And I’m tremendously grateful for that. I am still very much shaped by the ideas of fat acceptance, and even though I’m not fat anymore, I would like to think of myself as an ally of the movement, and even as a member of it.

I just wish the movement felt the same way about me.

And about other fat people who choose to lose weight.

My Body, My Right To Decide

AtherosclerosisI am grateful for the FA movement. But I also have serious differences with it, and some serious anger. Among other things, I spent years buying into the hardcore FA line denying any connection between fatness and health problems. And this denialism gave me a years-long excuse to not try weight loss. I spent years ignoring the serious health problems my weight was creating for me… because I’d been persuaded by the FA movement that weight loss wouldn’t make any difference to my health, and that I’d never succeed at it even if I tried. I wasted a lot of years being a lot less healthy than I could have been. I’m pretty ticked off about that.

But that’s nothing compared to the anger I’m experiencing now that I’ve lost weight.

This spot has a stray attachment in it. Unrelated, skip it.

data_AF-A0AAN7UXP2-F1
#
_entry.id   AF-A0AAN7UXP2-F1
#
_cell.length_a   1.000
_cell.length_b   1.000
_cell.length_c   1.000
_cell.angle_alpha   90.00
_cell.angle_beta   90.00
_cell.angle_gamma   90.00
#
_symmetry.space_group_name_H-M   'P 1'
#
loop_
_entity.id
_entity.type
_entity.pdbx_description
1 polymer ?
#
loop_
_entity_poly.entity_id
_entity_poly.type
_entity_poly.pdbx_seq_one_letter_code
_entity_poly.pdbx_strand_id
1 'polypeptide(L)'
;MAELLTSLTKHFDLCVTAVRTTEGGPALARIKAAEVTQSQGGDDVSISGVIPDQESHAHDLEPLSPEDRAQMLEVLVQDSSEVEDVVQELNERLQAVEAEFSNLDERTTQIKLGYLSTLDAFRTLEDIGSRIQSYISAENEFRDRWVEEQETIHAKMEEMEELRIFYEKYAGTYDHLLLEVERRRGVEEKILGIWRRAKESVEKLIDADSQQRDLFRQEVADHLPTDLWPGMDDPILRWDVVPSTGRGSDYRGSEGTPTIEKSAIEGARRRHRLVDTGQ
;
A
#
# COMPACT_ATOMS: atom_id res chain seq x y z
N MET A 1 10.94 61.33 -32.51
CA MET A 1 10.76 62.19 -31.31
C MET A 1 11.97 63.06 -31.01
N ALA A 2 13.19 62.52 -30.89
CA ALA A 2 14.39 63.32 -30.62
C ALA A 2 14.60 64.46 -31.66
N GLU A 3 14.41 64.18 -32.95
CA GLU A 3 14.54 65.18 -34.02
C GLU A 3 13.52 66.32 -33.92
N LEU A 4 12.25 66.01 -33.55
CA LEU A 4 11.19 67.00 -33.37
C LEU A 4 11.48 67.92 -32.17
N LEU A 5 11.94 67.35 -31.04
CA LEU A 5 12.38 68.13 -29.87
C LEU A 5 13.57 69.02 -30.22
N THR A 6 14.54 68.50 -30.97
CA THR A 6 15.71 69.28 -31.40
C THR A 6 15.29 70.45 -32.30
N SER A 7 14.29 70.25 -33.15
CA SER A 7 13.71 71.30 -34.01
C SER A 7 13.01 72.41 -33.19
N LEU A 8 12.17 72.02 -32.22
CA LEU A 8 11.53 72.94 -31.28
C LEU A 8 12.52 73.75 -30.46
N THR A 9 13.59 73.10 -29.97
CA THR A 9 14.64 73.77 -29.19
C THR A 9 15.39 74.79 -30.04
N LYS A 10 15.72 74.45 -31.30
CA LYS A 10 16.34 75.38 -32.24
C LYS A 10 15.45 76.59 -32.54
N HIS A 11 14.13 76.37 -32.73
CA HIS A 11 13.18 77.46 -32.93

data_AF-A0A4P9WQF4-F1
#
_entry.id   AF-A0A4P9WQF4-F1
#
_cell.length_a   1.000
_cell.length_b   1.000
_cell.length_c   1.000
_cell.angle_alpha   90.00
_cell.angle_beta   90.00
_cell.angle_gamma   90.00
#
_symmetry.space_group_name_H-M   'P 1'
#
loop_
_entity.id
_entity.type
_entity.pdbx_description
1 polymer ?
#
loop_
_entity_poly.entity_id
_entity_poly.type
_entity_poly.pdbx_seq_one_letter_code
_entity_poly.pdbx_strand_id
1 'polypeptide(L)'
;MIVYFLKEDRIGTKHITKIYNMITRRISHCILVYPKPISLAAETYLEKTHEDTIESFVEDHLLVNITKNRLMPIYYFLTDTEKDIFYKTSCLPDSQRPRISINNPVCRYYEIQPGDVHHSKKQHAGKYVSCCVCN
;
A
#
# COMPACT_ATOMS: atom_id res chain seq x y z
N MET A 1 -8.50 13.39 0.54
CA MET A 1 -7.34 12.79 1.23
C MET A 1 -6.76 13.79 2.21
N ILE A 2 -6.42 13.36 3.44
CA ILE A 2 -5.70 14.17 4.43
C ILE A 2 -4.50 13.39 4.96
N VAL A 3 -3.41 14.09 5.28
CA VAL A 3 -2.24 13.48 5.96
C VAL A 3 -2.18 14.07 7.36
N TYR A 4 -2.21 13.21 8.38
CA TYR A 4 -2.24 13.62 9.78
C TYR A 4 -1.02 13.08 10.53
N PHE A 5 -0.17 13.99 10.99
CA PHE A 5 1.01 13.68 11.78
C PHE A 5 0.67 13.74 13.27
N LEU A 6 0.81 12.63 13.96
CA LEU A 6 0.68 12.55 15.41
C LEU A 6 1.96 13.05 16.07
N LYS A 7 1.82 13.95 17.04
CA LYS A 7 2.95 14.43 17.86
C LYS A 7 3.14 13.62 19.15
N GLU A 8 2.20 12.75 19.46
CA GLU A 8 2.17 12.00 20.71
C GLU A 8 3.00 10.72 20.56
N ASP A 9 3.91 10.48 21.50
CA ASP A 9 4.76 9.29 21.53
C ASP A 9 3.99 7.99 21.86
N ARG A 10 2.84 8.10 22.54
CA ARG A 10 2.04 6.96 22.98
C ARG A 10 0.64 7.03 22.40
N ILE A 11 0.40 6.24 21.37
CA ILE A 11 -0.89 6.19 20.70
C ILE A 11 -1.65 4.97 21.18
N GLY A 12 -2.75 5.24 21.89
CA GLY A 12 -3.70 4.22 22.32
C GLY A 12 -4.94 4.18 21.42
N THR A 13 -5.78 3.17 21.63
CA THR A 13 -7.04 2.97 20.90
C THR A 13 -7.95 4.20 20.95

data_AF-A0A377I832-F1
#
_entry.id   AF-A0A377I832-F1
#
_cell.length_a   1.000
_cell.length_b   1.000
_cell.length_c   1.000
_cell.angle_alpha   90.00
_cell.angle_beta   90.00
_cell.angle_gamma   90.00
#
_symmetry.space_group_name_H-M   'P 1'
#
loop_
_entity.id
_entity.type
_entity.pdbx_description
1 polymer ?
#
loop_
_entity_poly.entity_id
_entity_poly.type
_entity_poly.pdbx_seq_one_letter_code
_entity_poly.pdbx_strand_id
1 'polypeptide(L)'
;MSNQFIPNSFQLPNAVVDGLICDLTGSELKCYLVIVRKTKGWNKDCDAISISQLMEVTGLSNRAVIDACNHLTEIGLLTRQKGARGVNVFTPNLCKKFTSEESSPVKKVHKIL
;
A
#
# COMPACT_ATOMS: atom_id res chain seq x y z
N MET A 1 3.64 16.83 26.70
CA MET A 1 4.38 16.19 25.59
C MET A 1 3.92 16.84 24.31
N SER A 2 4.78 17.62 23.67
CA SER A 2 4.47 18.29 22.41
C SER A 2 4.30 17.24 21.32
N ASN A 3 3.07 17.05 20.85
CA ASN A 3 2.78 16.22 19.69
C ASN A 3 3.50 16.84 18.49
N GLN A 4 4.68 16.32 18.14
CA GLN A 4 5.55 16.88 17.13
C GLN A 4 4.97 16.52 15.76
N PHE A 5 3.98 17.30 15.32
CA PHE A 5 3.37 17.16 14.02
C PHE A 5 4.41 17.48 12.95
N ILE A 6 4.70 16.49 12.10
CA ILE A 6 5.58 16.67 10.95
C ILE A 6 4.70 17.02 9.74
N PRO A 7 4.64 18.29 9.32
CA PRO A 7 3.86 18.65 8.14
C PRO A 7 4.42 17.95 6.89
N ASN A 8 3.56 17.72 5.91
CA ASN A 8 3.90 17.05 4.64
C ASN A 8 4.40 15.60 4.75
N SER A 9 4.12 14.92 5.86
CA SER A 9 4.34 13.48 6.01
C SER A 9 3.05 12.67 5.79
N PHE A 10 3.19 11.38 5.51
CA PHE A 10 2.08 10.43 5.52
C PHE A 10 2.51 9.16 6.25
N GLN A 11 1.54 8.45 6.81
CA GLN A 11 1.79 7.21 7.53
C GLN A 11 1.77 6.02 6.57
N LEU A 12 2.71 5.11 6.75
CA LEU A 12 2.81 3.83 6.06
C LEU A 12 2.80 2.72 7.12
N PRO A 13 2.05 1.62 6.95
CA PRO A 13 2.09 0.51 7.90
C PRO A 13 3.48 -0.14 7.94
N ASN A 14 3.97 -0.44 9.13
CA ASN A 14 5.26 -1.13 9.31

When I first started blogging about my weight loss, I was met with a faceful of extremist denialism, concern trolling, and outright hostility from many FA advocates, in both blog comments and private emails. The health benefits of successful weight loss were denied. The extremist attitudes of many FA activists were denied. Connections between weight and health were denied, and medical researchers publicizing these connections were called “crusaders.” I was told that all diets fail everyone. I was told that there was no way my weight loss would work in the long run; that I might succeed in losing the weight initially, but would almost certainly fail to keep it off over time. I was told that weight loss is never the right decision for anyone, and that there is no health problem that could appropriately be dealt with by weight loss. I was told that there are no serious health risks caused or exacerbated by being fat, and that health problems that appear to be caused by fatness are always really caused by something else. I was told that weight is entirely controlled by genetics, that eating/ exercise habits have absolutely nothing to do with it, and that weight management is therefore a complete waste of time. I was told that it was okay to incidentally lose weight as part of a “healthy at every size” eating and exercise plan, but that deliberate weight loss was horribly unhealthy… even if the “conscious weight loss” plan was identical to the “healthy at every size” plan in every way. I was told that even when weight loss is successful, the harm done by it — physical, psychological, or both — is terrible: so terrible that, in all cases, it completely outweighs the benefits.